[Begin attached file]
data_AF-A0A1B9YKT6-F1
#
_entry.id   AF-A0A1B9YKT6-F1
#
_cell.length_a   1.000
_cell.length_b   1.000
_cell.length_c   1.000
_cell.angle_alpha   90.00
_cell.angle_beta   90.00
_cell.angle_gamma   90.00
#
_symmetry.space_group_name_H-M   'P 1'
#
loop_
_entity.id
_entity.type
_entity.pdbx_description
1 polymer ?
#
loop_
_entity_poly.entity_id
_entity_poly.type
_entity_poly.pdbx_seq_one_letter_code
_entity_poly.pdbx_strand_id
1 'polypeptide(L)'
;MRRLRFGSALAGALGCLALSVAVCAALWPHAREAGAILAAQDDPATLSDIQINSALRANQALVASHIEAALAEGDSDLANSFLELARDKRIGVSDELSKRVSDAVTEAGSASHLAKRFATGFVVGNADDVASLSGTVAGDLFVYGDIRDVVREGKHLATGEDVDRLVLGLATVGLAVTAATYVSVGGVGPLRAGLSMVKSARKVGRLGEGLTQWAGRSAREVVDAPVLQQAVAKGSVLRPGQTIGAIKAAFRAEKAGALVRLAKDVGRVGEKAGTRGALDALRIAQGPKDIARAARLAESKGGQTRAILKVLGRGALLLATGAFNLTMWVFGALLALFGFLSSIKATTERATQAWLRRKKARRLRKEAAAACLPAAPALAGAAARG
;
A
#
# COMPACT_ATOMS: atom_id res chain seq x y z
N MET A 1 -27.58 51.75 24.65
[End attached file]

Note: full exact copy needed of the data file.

data_AF-A0A1B9YKT6-F1
#
_entry.id   AF-A0A1B9YKT6-F1
#
_cell.length_a   1.000
_cell.length_b   1.000
_cell.length_c   1.000
_cell.angle_alpha   90.00
_cell.angle_beta   90.00
_cell.angle_gamma   90.00
#
_symmetry.space_group_name_H-M   'P 1'
#
loop_
_entity.id
_entity.type
_entity.pdbx_description
1 polymer ?
#
loop_
_entity_poly.entity_id
_entity_poly.type
_entity_poly.pdbx_seq_one_letter_code
_entity_poly.pdbx_strand_id
1 'polypeptide(L)'
;MRRLRFGSALAGALGCLALSVAVCAALWPHAREAGAILAAQDDPATLSDIQINSALRANQALVASHIEAALAEGDSDLANSFLELARDKRIGVSDELSKRVSDAVTEAGSASHLAKRFATGFVVGNADDVASLSGTVAGDLFVYGDIRDVVREGKHLATGEDVDRLVLGLATVGLAVTAATYVSVGGVGPLRAGLSMVKSARKVGRLGEGLTQWAGRSAREVVDAPVLQQAVAKGSVLRPGQTIGAIKAAFRAEKAGALVRLAKDVGRVGEKAGTRGALDALRIAQGPKDIARAARLAESKGGQTRAILKVLGRGALLLATGAFNLTMWVFGALLALFGFLSSIKATTERATQAWLRRKKARRLRKEAAAACLPAAPALAGAAARG
;
A
#
# COMPACT_ATOMS: atom_id res chain seq x y z
N MET A 1 -27.58 51.75 24.65